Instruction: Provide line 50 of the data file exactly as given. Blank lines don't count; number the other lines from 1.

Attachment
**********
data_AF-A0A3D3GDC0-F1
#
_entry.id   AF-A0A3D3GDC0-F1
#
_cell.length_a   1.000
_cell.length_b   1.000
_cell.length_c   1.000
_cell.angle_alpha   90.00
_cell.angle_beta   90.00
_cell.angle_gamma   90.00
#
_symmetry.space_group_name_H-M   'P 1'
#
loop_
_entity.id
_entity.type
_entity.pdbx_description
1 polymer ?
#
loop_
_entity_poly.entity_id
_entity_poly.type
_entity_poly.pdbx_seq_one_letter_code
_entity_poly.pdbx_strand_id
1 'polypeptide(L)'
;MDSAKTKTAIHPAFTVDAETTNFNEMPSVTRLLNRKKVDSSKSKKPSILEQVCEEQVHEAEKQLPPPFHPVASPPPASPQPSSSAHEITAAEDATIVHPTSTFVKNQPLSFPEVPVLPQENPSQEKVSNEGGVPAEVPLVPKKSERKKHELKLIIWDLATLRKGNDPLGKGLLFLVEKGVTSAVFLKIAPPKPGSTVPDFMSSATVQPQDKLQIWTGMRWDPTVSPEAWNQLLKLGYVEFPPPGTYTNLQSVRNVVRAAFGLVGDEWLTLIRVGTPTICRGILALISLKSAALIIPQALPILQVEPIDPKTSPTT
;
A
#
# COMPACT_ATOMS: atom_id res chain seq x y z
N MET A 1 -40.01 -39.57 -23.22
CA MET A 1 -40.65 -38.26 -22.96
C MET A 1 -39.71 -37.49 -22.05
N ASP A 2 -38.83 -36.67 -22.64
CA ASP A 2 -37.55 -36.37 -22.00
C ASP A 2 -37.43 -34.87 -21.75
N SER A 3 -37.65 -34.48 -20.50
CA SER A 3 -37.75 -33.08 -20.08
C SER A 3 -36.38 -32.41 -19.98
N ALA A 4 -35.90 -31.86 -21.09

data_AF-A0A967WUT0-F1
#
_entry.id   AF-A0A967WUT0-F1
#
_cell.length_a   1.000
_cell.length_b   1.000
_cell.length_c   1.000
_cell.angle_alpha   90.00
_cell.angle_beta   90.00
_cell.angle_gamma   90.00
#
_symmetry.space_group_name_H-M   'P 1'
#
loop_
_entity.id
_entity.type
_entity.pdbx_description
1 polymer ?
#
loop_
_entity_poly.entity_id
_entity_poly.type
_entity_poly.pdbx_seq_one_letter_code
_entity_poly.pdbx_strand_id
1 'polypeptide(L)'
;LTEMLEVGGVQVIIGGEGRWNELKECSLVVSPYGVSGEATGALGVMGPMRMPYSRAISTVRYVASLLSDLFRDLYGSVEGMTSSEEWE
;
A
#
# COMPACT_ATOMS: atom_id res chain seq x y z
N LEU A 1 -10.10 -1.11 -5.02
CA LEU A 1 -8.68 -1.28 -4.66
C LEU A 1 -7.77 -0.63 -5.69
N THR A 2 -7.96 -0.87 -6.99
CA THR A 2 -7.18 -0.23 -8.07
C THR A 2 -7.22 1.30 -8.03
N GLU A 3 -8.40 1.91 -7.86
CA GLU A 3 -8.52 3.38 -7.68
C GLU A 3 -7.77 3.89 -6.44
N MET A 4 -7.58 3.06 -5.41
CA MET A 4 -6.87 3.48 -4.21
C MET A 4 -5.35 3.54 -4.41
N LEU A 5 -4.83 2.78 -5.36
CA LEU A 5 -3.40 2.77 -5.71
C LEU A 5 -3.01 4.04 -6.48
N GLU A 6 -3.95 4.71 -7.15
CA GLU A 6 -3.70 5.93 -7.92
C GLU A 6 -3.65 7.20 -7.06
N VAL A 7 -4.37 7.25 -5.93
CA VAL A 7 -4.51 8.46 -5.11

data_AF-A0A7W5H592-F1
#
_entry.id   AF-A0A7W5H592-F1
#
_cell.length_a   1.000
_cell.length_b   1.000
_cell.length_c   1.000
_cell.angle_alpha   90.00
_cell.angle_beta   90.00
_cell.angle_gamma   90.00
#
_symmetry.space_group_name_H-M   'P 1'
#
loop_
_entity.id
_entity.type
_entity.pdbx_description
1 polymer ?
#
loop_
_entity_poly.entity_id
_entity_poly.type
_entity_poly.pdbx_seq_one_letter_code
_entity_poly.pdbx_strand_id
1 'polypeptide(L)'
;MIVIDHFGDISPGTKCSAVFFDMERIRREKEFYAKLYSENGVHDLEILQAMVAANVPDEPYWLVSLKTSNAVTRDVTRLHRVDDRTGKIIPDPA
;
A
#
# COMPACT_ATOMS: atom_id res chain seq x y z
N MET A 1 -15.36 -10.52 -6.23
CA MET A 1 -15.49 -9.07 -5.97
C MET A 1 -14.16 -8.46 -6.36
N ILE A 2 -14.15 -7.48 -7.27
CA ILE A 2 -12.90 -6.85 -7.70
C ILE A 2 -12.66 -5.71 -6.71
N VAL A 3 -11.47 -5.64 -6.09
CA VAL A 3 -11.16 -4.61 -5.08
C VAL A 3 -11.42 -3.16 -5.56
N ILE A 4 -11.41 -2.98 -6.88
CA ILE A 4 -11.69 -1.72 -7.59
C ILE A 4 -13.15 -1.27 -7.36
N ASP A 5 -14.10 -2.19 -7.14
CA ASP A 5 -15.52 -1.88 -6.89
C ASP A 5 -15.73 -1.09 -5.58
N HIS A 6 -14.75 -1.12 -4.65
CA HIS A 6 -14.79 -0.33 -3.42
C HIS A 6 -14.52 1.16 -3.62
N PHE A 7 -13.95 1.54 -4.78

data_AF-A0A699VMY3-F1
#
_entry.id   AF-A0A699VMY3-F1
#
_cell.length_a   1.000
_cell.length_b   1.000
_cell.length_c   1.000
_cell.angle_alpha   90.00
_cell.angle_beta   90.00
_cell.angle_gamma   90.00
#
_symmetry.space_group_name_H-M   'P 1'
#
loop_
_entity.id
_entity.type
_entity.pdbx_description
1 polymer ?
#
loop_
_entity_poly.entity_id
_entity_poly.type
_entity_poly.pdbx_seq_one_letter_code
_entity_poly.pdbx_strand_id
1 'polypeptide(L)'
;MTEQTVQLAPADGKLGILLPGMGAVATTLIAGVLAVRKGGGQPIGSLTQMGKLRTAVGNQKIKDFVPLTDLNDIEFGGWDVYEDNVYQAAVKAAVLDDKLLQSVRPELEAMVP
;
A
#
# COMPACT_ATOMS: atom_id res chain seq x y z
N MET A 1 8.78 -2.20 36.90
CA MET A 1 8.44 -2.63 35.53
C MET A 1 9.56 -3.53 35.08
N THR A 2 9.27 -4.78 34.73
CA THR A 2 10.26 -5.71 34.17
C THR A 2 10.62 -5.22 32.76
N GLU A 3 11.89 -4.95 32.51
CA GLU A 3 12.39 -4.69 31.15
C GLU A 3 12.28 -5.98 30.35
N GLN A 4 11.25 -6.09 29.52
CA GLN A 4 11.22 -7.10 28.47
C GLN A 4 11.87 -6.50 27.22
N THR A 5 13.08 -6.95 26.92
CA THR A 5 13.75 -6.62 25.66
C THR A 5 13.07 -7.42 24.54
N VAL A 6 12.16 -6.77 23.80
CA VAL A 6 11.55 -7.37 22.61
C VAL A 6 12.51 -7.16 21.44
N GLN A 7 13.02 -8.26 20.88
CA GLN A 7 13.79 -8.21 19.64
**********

_cell.angle_gamma   90.00